U.S History Timeline 1492-2011 Chance Anderson, Justin Taylor & Sameh Abdellatif & Brant Bolling

By 207110
  • Jul 15, 1492

    Christopher Columbus Discovers America

    Christopher Columbus Discovers America
    in 1492, christopher columbus crossed seas to explore the new world. Born in geona Italy, 1451. the oldest of five children. he was an explorer for spain. Christopher Columbus was born in italy but sailed for spain. Spain gave him 3 ships, the Nina, the pinta, and the santa marina. his lifespan was from 1451- 1509.
  • Jan 1, 1497

    John Cabet claims North America for England

    John Cabet claims North America for England
    1450-1498 he spent his life being a navigator born in Genoa Italy and later moved to Venice where he naturalized as a Venetian.
  • Jan 1, 1534

    Jacques Cartier explores the Great lakes and the St. Lawrence river

    Jacques Cartier explores the Great lakes and the St. Lawrence river
    Jacques Cartier was born on the sea port of Saint Malo, France. After years of hard work he became a highly respected navigator. He never found the Northwest Passage, but his adventures served as a basis for the French claims in the rich St. Lawrence Valley and led to many future adventures by France to Canada.
  • Virginia colony of Roanoke Island established by Walter Raleigh

    Virginia colony of Roanoke Island established by Walter Raleigh
    The Roanoke Colony on Roanoke Island in Dare County, right now its North Carolina, United States was a late 16th-century attempt to start a permanent English settlement in what later became the Virginia Colony. The enterprise was financed and started by Sir Walter Raleigh and carried out by Ralph Lane and Richard Grenville, Raleigh's distant cousin.
  • Captain John Smith, explorer and founder of Jamestown

    Captain John Smith (c. January 1580 – 21 June 1631) Admiral of New England was an English soldier, explorer, and author. He was knighted for his services to Sigismund Bathory.
  • Slaves Freed

    Twenty slaves in vigina alficans brought to jamestown are the fist slaves imported into briain's North American Colonies. Like Indenture servants,they were probably freed after a period of service. The Sheet
  • mayflower compact

    The Mayflower Compact was the first document of the Plymoth Colony. Written by the colonists who were later known as the Pilgrims.
  • Boston Latin School

    Boston Latin School
    Boston Latin school is the first and oldest public school in the United States.
  • First College - Harverd College

    First College - Harverd College
    Harverd College is the first college for higher education in a north American colony, established in Massachusetts.
  • English bill of rights

    An act of the Parliament of England. These ideas of rights reflected those of the political thinker John Locke, aand became very popular really fast.
  • Lightning Rod

    Lightning Rod
    The lightning Rod was invented by Ben Franklin and Ben learned about electricity.
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    French and Indian war

    The French and Indian War is the common American name for the war between Great Britain and France in North America from 1754 to 1763. In 1756, the war erupted into the world-wide conflict known as the Seven Years' War and there for came to be regarded as the North American theater of that war. In Canada, it is usually just referred to as the Seven Years War,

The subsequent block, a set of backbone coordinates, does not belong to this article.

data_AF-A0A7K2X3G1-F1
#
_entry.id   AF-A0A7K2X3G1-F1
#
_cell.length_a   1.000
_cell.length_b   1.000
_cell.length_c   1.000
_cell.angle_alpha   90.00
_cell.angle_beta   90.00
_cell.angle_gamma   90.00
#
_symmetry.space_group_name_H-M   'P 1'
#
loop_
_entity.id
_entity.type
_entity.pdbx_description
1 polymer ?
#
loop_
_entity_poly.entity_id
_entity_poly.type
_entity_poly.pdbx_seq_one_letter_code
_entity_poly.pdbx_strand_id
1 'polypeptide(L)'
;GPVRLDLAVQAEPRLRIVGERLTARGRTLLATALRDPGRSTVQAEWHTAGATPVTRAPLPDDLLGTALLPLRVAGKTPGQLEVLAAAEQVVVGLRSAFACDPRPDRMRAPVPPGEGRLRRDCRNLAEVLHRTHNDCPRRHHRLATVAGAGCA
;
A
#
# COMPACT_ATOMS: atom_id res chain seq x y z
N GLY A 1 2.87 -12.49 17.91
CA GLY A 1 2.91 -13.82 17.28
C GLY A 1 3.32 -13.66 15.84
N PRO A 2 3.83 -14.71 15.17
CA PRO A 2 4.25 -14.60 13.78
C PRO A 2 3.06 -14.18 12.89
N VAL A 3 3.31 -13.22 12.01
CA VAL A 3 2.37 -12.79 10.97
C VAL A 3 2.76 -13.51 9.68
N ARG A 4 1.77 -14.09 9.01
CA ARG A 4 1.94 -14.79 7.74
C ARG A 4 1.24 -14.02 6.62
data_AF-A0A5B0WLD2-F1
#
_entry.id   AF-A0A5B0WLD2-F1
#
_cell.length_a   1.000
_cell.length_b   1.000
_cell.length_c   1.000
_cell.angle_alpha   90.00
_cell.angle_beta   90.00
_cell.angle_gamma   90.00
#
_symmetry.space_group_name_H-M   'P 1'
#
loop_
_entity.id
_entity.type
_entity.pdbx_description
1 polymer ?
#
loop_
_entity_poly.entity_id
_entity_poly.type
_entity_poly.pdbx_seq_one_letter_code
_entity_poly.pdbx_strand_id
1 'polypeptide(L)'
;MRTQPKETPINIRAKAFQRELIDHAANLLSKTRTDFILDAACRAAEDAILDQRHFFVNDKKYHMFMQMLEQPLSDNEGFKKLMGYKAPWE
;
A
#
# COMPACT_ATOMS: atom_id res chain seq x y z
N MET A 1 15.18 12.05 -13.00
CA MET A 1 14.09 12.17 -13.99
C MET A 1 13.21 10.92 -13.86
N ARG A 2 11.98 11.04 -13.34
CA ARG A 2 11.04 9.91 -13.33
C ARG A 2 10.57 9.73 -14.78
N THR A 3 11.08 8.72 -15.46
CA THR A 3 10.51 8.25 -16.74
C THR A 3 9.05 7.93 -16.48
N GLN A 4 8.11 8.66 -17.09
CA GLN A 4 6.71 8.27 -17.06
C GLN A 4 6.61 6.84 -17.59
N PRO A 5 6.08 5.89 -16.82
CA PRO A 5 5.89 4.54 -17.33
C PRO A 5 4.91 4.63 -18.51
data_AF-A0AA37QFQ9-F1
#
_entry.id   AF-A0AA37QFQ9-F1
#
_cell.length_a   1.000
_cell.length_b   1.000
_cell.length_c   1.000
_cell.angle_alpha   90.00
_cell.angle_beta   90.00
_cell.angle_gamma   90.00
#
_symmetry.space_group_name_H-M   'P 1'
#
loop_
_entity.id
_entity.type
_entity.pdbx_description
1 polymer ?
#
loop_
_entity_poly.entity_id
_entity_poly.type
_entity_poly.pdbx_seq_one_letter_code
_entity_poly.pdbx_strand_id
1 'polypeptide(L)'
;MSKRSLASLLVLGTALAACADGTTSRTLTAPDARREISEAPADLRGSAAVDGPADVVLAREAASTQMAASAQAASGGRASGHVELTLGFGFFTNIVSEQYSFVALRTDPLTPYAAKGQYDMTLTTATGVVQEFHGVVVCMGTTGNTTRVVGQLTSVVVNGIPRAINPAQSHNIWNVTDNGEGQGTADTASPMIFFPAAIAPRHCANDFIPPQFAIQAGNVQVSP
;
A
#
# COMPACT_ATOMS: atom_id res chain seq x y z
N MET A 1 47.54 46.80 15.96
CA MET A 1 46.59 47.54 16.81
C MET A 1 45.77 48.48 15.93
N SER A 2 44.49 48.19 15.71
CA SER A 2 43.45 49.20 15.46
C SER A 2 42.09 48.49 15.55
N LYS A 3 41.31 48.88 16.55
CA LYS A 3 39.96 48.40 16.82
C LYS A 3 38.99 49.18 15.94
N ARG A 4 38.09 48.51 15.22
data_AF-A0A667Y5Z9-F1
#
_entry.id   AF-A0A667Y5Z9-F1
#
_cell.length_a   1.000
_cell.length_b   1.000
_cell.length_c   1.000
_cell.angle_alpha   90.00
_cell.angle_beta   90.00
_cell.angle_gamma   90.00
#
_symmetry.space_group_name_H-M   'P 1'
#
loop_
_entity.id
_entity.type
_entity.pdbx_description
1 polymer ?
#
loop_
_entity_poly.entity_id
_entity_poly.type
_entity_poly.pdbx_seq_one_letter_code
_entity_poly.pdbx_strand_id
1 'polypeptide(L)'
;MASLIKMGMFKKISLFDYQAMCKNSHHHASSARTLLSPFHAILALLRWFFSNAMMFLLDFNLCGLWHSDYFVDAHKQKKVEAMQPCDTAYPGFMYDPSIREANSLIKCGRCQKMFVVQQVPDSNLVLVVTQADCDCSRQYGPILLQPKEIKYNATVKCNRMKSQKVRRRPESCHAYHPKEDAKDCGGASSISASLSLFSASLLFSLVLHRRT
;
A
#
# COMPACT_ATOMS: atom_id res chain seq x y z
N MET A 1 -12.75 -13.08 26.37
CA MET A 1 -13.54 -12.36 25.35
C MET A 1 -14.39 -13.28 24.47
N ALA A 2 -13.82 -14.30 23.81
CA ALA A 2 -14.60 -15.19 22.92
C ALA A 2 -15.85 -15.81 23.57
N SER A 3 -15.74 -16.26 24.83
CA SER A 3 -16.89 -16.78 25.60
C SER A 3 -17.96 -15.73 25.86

• Proclamation of 1763 by King George III

    The idea of the Proclamation was to organize Great Britian's new North American empire, and to stabalize realations with the North Native Americans.
  • santa claus

    santa claus
    Santa Claus, or Santa, is a figure in the culture of North America, The United Kingdom, Ireland,Australia, New Zealand and more who reflects an amalgamation of the Dutch Sinterklaas,[1] the English Father Christmas, and Christmas gift-bringers in other traditions. Santa Claus is said to bring gifts to the homes of good children during the late evening and overnight hours of Christmas Eve, December 2
  • stamp act

    stamp act
    The Stamp Act of 1765 was a direct tax by the British Parliament specifically on the colonies of British America.
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    The revoultion was when the Kingdom of Great Britain and thirteen British colonies in North America fought for there independentice from great britan.
  • Decloration of Independace

    Decloration of Independace
    The Declaration of Independence was a statement adopted by the Continental Congress on July 4, 1776, which said that the thirteen American colonies that were at war with Great Britain considered themselves as independent states, and no longer a part of the British Empire.
  • Vermont

    The 1st colony to free all slaves
  • Articles of Confederation

    The Articles of Confederation, was the Articles of Confederation and Perpetual Union, was an agreement of the 13 founding states that legally established the United States of America.
  • Constitution

    The Constitution of the United States is the supreme law of the United States of America. It is the base for the organization of the United States government and for the relationship of the federal government,citizens, and all people within the United States.
  • Delaware was added

    Delaware was added
    Delaware has 3 counties
  • Pennsylvania was added

    Pennsylvania was added
    Flower: Mountain Laurel
    Tree: Hemlock
    Bird: Ruffed Grouse
    Animal: Whitetail Deer
    Insect: Firefly